Paris Update #11
Sunday, May 1, 2011 7:42 PM

Dear Friends and Family,

Ah, the Louvre...

When I first thought of coming to Paris, I thought of the Louvre...I had visions of spending a full day wandering through it and seeing it all -- which I now know is a ridiculous proposition!

Isa had made it clear, once we started talking about it, that we would need to choose only a couple of things we wanted to see. We settled on Da Vinci and the Dutch painters. Once we got there, we realized that even that was impossible!

Isa’s son, Guillaume, came with us, as there was a book he needed for school, and they knew they could find it in Paris. We love Guillaume, or Guigui, as Isa calls him -- he’s bright, funny and has been much quicker to learn English than we've been to learn French!

On the way to the Louvre, Isa took us to the Rue du Banquier, which figured prominently in the MI-5 story I wrote, and which I’d only seen on Google Street Views. I’d walked these streets extensively on the computer, but to walk them in real life was amazing. The primary character lived at #2, and there was the green door with black wrought iron that I had described in great detail. I stood in front of it, and felt I’d stepped into my own story!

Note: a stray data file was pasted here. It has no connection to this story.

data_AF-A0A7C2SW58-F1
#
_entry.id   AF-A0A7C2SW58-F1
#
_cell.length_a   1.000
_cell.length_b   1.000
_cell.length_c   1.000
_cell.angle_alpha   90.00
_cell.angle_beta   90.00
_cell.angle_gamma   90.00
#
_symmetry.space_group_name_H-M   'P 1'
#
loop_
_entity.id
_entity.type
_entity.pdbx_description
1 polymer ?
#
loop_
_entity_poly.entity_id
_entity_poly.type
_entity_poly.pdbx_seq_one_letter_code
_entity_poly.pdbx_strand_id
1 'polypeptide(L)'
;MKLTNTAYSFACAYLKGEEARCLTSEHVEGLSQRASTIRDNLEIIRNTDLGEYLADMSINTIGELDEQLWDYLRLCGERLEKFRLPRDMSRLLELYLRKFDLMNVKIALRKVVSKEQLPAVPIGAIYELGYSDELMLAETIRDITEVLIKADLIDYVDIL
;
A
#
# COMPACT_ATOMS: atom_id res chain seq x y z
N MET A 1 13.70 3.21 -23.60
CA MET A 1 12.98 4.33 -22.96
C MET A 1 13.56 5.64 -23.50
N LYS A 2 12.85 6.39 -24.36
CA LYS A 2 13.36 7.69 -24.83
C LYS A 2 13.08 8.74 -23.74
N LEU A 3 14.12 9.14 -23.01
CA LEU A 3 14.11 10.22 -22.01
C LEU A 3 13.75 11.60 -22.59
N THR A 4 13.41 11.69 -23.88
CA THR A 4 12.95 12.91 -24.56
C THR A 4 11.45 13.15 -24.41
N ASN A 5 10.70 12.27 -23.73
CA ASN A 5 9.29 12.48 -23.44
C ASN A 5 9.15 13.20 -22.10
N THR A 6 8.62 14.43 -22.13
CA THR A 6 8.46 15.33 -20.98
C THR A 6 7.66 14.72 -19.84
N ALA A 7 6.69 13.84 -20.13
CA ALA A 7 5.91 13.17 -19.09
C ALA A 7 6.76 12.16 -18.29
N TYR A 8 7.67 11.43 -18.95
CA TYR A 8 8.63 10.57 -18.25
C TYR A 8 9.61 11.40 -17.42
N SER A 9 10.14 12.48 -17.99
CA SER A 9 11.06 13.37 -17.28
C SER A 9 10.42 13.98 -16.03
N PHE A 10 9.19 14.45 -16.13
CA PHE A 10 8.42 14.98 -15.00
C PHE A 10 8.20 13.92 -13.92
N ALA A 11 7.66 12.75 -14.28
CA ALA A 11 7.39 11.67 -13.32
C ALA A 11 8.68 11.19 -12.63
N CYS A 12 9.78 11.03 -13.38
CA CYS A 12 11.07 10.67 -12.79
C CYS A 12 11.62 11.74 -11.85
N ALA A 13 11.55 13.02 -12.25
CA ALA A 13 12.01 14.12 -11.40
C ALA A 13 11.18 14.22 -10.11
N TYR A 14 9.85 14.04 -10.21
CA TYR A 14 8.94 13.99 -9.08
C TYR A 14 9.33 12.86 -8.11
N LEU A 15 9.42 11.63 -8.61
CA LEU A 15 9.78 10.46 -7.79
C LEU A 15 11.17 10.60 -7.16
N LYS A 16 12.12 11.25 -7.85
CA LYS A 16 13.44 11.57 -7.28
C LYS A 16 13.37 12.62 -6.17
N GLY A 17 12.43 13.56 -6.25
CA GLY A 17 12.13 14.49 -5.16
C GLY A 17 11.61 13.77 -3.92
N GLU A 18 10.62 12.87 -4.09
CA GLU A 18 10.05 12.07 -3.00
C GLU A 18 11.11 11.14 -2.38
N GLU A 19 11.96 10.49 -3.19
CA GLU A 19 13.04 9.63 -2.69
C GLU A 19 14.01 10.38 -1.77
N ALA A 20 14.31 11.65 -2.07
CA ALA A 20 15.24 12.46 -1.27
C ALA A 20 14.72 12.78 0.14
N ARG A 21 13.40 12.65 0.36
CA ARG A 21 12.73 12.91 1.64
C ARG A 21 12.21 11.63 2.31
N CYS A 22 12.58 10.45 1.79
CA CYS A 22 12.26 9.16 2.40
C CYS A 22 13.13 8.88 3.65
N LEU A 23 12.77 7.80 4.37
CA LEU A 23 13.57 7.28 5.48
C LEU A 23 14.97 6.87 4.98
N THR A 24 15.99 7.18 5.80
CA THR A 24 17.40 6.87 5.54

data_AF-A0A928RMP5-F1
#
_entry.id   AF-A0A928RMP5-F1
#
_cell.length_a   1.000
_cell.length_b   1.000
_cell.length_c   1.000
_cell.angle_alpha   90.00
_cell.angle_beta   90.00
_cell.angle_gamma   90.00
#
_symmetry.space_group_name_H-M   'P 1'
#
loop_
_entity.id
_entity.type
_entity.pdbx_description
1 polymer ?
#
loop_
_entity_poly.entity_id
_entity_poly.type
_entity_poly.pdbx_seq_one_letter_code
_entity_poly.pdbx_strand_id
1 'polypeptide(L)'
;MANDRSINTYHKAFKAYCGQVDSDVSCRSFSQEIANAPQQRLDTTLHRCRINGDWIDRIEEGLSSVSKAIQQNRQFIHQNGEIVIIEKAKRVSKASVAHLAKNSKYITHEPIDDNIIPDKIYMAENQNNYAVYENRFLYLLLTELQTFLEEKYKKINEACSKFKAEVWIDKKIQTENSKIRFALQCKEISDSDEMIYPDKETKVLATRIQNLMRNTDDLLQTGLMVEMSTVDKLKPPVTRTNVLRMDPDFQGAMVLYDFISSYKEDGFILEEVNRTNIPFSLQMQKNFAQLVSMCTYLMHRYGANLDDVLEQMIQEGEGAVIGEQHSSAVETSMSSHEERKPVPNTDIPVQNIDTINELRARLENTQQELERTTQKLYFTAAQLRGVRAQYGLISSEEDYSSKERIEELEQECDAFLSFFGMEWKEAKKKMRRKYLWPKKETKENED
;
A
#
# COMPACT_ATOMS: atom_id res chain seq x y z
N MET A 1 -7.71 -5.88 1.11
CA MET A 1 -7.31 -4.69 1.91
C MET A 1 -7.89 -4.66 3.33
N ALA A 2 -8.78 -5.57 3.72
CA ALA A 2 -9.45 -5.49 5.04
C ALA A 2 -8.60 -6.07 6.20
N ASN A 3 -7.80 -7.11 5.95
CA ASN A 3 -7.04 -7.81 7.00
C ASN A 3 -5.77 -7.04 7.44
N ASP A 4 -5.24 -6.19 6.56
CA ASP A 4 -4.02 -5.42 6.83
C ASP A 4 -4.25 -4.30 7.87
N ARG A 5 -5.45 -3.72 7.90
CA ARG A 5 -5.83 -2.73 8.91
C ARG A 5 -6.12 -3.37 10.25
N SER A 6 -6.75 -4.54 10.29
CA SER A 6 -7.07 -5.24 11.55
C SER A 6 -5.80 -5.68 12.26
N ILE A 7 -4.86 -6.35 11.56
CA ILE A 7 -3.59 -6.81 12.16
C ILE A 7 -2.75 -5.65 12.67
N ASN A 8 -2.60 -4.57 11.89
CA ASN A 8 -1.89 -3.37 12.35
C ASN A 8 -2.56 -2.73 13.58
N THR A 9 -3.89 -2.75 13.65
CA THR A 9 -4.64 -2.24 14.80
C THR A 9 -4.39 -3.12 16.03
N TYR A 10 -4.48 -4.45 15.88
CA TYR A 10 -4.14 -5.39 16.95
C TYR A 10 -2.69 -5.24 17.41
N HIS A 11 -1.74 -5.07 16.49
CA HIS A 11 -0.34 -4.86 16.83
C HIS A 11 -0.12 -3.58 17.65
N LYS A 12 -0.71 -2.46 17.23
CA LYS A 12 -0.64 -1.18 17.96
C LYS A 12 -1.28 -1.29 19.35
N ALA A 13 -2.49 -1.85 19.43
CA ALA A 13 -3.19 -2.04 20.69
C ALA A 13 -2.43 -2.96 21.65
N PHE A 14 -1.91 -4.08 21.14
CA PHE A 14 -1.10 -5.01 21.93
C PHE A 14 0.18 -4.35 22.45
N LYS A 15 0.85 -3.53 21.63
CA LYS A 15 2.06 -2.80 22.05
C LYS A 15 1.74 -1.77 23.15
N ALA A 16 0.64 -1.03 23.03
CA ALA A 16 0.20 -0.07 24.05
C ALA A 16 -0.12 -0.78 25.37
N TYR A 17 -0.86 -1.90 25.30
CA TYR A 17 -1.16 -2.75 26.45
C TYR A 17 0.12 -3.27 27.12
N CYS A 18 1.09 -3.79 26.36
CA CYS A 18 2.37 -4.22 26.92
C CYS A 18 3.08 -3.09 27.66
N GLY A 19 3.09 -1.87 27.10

You enter The Louvre through the glass pyramid in the center of the Plaza. We'd been there a few days before on our walking tour, but today, all of the fountains were on, making for great photo opportunities. There were many people sitting, eating lunch, and lying on the cement walls, enjoying the cooling water displays. It happened that it was one of the hottest days of the year in Paris.

As you enter the glass pyramid, you go down under the Plaza and see the entrance to the museum. Isa had told us how big it was, but we couldn't believe our eyes. The Louvre is at least six stories, with three underground, and three above, in a massive u-shaped building. There was no way we were even going to get to see a tenth of it!

How to describe the Louvre? I’ll just say that as we were going down the escalator, I heard a Southern American accent right behind me. I turned and said, you’re from America? She said, yes, from South Carolina. Then she said, “How many days have you spent here?” I told her we’d been in Paris and London for nearly two weeks. She smiled, and said, “No, I meant how many days have you spent at the Louvre?”